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I'm studying Tor and its capability to provide anonymity and bypass censorship, especially when used by people of repressive countries.

I'm wondering about one thing. The nodes that are part of the "Onion Network" are limited and they're public. So, in an oppressive regime, couldn't be possible that someone with a blacklist just put a firewall blocking in this way TOR traffic? (and tracking down who's using it?)

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up vote 3 down vote accepted

It is possible to do such a thing, yes. (There even is an official list and a DNSBL service (although these are for detecting exit, not entry nodes).)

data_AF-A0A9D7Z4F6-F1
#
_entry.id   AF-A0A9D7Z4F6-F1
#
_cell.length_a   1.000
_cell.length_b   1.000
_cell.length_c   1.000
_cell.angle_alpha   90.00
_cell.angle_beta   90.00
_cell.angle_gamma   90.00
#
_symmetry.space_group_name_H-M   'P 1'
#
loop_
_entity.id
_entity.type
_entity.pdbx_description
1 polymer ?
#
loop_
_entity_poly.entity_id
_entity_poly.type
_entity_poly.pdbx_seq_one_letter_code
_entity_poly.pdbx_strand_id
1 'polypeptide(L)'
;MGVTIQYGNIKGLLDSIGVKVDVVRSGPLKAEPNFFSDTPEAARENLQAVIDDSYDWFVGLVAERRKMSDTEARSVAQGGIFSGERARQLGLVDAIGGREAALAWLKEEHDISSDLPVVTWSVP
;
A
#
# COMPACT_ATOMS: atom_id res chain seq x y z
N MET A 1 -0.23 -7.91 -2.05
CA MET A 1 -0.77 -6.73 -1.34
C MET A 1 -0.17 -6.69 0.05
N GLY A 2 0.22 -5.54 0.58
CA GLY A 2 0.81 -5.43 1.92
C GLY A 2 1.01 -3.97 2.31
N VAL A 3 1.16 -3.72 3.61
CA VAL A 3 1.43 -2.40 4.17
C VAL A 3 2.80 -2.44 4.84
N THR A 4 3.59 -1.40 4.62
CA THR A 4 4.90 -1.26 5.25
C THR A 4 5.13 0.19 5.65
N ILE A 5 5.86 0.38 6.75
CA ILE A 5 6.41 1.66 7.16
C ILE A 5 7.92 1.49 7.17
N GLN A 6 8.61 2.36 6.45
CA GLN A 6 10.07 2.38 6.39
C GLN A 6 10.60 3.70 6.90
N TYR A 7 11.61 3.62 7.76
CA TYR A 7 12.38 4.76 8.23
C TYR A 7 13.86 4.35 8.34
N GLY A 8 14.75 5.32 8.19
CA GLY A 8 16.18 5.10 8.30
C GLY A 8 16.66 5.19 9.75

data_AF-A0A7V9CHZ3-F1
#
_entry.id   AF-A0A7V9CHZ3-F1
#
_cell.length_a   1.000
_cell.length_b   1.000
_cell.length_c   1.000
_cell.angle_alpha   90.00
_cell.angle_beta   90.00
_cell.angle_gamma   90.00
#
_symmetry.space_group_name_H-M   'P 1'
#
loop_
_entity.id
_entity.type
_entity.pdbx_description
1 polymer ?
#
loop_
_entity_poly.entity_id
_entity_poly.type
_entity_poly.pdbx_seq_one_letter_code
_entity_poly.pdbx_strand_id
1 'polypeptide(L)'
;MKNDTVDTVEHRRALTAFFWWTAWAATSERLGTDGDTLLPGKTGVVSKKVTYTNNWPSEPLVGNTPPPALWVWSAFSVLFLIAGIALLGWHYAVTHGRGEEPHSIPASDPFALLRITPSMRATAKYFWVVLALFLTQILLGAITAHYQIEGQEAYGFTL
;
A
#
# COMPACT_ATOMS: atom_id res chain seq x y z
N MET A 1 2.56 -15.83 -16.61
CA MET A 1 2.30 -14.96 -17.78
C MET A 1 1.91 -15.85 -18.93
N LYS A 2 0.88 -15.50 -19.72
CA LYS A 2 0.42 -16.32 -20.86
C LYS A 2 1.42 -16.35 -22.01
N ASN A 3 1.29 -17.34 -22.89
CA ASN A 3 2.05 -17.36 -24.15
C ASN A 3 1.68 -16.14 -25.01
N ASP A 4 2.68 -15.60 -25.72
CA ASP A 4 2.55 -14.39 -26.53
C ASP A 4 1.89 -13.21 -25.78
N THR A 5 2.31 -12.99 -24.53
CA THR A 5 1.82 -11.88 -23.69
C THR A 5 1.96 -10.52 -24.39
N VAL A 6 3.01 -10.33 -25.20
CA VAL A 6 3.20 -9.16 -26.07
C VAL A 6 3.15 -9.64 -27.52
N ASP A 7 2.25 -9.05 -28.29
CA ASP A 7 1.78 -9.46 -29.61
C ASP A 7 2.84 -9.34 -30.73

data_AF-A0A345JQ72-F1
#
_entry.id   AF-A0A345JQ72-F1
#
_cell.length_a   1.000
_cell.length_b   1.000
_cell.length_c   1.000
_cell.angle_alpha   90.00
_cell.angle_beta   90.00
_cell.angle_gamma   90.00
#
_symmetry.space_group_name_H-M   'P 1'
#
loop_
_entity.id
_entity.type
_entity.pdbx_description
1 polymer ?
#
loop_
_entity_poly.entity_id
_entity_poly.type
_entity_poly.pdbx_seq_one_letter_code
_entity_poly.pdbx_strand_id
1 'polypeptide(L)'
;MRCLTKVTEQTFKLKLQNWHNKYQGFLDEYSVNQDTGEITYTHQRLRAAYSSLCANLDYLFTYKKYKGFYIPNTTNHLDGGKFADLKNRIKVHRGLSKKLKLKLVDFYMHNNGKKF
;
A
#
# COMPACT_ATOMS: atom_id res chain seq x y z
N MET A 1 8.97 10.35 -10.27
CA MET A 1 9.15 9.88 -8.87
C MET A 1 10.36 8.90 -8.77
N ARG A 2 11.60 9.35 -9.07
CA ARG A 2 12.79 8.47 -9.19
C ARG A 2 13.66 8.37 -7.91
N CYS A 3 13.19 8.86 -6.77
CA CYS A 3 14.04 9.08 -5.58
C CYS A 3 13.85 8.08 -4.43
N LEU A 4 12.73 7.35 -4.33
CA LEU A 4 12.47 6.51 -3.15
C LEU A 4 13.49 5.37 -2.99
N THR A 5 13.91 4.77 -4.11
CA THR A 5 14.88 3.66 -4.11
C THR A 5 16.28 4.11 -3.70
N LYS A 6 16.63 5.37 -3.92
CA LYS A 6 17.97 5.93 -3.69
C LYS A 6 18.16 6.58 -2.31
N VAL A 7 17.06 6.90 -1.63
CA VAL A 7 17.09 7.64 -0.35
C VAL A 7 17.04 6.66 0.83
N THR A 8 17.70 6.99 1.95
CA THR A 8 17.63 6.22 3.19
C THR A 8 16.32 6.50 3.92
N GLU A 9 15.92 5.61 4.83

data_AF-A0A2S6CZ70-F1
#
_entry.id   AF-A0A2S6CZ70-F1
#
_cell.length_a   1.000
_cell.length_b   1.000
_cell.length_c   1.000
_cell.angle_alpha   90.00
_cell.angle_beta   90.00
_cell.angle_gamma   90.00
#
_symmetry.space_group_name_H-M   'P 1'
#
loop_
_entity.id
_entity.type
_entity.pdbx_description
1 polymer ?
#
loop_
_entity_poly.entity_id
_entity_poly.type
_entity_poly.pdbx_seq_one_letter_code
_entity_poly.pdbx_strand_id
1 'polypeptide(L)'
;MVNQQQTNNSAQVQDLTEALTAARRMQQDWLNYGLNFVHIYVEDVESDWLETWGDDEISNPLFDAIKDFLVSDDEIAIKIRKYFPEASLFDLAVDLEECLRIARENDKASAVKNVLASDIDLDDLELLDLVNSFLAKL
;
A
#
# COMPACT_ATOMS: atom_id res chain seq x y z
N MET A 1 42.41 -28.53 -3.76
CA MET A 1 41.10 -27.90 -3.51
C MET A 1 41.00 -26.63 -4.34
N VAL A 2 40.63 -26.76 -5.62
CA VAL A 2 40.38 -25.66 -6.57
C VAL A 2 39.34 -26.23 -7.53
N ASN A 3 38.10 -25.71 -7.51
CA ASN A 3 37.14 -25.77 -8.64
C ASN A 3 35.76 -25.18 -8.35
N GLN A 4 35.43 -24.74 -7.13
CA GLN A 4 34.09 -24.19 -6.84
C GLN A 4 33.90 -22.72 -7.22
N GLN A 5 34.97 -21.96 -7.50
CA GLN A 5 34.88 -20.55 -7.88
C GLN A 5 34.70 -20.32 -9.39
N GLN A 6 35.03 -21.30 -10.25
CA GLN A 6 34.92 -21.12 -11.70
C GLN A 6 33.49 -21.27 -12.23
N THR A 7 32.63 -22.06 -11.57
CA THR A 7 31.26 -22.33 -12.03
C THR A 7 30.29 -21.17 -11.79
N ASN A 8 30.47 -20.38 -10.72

To get around this, Tor has "bridges", which don't appear on the public directory and also use a different, less likely to be blocked, port.

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"It is possible". It is happening, too. China blocks most of the public nodes. – Thilo May 24 '10 at 3:34

Need a reverse blacklist for those blocking exits as they make it hard to run an exit. Try to catch them out for bogus whois, other abuse, etc. If everyone tossed their broken routers and ran FreedomBox then there would be sufficient exits.

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what do you mean "they make it hard to run an exit" with regards to whether or not they're easily blacklisted, as the question posed? – Lizz Jan 10 '13 at 10:07

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